London is a sushi-lovers paradise, not only because the sushi in central London is some of the highest standard in the world, but also because there’s no better place to get fully immersed in Japanese culture.
No matter how you look at it, there’s a big difference between gobbling down a box of sushi in front of the TV and making the effort to find out what real-life Japan really is all about. It’s not until you’ve had an authentic taste of Japanese culture that you can really enjoy sushi to its fullest. And if you’re one of the millions living in central London who are in love with sushi, you really don’t have any excuses at all not to dive right in.
Here’s a look at just a few examples of the amazing Japanese events happening soon in London:
Okinawa Day – June 21 2014
Head over to Spitalfields on Saturday June 21st and soak up the atmosphere of this year’s official Okinawa Day. The event is organised as a means by which to both celebrate and demonstrate a variety of Japanese cultural elements, which means you can expect everything from food and drink to live music performances to traditional dance and more. Martial arts groups are also welcome to attend and put on demonstrations of their own, as are those in the business or producing and retailing Japanese craft products.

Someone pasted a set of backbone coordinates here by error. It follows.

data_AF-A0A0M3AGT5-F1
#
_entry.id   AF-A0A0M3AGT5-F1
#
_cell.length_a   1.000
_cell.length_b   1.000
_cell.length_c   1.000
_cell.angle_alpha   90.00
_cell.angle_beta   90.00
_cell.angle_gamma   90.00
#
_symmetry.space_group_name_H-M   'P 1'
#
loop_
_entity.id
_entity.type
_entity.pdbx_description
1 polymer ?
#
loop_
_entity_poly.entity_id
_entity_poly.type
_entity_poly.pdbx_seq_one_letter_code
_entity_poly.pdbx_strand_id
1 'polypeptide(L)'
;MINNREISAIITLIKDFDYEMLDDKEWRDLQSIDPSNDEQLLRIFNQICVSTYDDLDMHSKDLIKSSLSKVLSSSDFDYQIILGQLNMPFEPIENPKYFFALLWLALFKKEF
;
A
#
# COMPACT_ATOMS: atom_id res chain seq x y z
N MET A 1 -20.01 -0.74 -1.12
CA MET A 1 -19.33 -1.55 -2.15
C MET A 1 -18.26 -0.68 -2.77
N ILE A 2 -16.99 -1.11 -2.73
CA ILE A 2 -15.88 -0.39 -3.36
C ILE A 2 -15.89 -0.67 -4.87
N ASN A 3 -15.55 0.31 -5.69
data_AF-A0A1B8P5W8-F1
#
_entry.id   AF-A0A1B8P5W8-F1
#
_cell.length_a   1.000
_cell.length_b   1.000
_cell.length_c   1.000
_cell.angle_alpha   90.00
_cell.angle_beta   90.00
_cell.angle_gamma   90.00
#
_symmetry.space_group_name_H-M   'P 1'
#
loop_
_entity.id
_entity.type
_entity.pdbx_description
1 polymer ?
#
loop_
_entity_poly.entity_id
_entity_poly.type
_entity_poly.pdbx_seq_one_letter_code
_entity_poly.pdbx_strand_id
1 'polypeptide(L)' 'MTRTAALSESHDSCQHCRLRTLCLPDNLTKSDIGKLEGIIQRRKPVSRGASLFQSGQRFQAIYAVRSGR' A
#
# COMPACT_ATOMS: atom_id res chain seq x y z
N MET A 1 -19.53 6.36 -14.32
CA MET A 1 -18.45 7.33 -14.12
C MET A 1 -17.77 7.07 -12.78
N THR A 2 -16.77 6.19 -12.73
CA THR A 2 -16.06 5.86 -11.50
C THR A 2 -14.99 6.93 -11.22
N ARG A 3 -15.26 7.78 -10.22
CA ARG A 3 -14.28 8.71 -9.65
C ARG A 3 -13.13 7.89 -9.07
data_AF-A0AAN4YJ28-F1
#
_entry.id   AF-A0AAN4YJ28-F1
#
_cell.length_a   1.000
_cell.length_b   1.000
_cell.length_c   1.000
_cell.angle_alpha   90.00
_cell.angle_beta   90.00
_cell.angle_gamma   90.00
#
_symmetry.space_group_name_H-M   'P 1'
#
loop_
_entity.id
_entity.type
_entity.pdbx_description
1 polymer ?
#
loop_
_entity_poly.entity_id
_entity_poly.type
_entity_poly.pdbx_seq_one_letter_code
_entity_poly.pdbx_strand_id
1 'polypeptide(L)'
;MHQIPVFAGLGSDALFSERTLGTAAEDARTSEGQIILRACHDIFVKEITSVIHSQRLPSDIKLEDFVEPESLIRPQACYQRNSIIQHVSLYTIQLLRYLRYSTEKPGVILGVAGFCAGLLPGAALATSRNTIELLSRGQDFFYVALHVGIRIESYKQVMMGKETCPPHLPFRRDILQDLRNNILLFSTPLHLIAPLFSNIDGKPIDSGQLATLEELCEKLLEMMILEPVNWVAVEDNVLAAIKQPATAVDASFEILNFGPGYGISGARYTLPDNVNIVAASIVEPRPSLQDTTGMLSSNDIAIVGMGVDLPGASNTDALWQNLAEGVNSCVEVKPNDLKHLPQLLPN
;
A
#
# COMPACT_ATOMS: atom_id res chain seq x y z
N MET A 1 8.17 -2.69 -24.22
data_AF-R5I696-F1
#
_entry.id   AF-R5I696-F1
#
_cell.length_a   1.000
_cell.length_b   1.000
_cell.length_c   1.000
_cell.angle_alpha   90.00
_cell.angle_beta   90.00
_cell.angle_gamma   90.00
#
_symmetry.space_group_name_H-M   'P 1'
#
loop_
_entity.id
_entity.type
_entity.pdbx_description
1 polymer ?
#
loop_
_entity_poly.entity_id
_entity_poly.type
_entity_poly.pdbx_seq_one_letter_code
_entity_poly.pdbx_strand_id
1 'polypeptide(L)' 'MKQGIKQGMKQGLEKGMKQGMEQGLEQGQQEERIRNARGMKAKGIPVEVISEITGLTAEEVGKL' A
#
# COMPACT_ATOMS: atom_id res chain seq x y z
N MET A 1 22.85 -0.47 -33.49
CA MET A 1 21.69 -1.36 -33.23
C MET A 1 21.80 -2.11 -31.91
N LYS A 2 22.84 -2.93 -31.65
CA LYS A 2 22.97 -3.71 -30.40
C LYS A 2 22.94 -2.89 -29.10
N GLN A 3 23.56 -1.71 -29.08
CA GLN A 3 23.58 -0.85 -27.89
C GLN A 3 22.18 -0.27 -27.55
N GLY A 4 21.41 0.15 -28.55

Toru Ishii: Delirious Metropolis – 20 May – 15 July 2014
May 20 sees the very first solo exhibition of Toru Ishii hit the UK, in which he attempts to tackle the challenging issue of how traditional art can continue to exist and be of relevance in a highly contemporary world. The event will take place at the Daiwa Foundation Japan House and includes a variety of talks, lecture, public exhibitions and private viewings.
Third Thursday Lecture: From Green to Black: How Black Tea Conquered Britain and the United States and Sencha Japan – June 19 2014
Fancy yourself as a bit of a professional tea-drinker? This could well be the event for you, as Dr Robert Hellyer, Robert and Lisa Sainsbury Fellow deliver a stirring lecture on the way in which black tea has played such a crucial role in the establishments of so many different national identities, while at the same time remaining a crucial economic asset for centuries.
Tanabata: Fukinagashi workshop – 22 June 2014
For the whole day of June 22, those with an interest in Japanese art and culture are invited to help make the decorations that will be hung on the Royal Festival Hall’s balcony and represent an iconic symbol of the summer in London. Whether you have a few hours to spare, a full afternoon or even the whole day, it’s a great way of being involved in something truly important while learning a little more about traditional Japanese art.
And if you can’t make it to any of the above, you could always just order your usual sushi in central London, get a couple of traditional Japanese movies and spend the night with a few friends – you never know what you might learn!